BOSTON -- In typical Trot Nixon fashion, he never used an injury as an excuse for a decline in performance down the stretch of the season. But as it turns out, an ailing left knee might have been the culprit.
The Red Sox revealed Monday that Nixon underwent arthroscopic surgery on the knee last Friday in Boston. Dr. Thomas Gill, the medical director of the Red Sox, performed the operation.
The surgery is not expected to sideline Nixon at all, as he will resume his offseason conditioning program in two weeks.
According to a statement issued by a Red Sox spokesperson, the surgery was considered "routine and successful."
Nixon, limited to 48 games in 2004 due to back and leg woes, looked primed to have a strong comeback season in 2005. He hit .296 with nine homers and 42 RBIs prior to the All-Star break.
However, Nixon tailed off in the second half, hitting just .241 with four homers and 25 RBIs. After straining his left oblique muscle on July 26, he went on the disabled list and played a mere seven games in August.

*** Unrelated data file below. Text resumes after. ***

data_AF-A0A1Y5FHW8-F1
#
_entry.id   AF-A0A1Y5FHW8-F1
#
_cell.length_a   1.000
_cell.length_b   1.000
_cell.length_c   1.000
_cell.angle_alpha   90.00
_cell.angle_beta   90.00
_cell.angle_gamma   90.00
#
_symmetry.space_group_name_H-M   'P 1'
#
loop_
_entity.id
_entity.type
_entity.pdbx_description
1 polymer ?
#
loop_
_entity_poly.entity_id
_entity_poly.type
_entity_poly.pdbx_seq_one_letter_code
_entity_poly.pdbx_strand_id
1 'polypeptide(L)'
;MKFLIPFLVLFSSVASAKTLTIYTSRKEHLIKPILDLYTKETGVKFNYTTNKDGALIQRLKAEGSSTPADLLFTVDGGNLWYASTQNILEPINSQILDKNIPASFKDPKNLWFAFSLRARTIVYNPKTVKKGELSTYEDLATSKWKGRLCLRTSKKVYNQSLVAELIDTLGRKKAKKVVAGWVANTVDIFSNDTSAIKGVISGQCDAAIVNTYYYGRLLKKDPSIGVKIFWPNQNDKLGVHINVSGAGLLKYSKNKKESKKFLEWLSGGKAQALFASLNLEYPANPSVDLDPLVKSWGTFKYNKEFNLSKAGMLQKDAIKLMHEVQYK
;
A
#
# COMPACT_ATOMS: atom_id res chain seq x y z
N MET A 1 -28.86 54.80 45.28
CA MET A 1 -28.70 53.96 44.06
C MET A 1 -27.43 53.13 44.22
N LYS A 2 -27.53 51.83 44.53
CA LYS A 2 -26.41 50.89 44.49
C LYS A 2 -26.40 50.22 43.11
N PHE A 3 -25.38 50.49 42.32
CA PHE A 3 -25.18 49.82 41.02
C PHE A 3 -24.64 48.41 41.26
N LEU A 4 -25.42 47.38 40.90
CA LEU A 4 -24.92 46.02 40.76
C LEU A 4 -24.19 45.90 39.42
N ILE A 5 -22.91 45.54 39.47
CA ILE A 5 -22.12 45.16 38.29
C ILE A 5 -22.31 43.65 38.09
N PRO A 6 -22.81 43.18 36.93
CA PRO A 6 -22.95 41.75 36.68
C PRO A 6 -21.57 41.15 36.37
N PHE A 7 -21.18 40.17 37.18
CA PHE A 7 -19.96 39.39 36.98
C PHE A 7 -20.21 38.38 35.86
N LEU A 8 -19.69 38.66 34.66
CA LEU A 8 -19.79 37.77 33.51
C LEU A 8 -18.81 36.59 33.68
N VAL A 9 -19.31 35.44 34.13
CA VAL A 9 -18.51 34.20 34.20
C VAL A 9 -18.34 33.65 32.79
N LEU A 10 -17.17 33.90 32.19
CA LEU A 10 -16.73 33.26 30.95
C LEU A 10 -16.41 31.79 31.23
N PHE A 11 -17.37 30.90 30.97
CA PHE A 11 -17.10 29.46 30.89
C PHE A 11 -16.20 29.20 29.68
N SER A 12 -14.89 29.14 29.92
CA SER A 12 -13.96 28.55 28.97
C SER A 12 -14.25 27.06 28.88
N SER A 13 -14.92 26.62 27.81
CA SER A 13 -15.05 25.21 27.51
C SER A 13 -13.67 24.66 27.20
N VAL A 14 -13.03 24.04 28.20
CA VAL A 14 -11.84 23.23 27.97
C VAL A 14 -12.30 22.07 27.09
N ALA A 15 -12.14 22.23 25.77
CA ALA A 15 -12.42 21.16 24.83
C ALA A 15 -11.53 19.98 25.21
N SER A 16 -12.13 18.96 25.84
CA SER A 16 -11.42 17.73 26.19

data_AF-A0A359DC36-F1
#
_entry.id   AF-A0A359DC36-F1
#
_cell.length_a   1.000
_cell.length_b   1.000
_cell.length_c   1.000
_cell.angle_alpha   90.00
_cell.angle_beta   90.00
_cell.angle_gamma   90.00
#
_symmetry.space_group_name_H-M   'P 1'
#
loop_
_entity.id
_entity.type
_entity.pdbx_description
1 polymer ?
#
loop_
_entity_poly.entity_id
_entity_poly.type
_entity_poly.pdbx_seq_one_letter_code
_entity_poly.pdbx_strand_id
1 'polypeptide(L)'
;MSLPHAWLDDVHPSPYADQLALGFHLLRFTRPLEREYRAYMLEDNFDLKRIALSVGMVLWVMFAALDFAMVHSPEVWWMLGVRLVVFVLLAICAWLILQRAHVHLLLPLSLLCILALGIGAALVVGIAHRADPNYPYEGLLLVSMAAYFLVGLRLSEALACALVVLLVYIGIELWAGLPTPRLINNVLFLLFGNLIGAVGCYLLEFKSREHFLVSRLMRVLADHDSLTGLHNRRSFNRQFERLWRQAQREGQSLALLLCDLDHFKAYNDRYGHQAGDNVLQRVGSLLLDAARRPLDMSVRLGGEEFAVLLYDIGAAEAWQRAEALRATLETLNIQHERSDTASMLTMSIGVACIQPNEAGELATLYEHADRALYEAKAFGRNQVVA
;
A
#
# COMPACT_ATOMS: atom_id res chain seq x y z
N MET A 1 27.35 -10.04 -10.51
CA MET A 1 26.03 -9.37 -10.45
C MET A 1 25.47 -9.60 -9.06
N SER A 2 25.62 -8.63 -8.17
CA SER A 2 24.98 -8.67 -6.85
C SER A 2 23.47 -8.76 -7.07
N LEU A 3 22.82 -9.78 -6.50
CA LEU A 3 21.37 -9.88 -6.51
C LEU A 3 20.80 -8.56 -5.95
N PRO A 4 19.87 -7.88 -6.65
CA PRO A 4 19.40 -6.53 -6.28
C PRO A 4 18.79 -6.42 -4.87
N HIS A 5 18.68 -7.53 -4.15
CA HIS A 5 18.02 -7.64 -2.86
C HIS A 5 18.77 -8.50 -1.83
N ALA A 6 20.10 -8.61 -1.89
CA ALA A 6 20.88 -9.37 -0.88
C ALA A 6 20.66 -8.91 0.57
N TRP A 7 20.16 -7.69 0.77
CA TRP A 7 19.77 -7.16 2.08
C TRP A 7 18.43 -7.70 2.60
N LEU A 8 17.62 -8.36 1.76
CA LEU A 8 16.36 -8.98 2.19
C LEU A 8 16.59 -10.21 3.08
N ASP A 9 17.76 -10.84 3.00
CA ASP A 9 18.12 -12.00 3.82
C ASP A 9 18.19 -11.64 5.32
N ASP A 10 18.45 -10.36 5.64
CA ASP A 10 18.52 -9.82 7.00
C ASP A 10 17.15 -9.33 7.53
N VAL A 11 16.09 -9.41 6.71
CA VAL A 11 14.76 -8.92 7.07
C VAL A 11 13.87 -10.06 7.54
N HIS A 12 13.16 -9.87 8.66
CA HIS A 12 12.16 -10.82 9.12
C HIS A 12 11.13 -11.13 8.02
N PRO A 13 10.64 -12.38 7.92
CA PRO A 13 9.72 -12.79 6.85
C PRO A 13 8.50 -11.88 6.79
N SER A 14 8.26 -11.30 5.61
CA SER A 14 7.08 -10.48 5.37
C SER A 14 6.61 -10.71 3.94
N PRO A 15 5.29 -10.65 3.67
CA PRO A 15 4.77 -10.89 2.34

He struggled mightily in September, hitting .233 with one homer and 10 RBIs. Nixon went 3-for-13 (.231) during the American League Division Series against the White Sox, which ended with Boston being swept in three straight games.
The primary right fielder of the Red Sox since 1999, Nixon is entering the final season of a three-year contract.
In 868 career games, all with the Red Sox, Nixon is a .279 hitter with 125 homers and 471 RBIs.
Red Sox left-hander David Wells is expected to undergo surgery on his right knee in the coming weeks, though there's been no official announcement on that yet. Wells was hindered by knee woes late in the season, but pitched through them, getting his final cortisone shot of the year on Sept. 21.
Ian Browne is a reporter for MLB.com. This story was not subject to the approval of Major League Baseball or its clubs.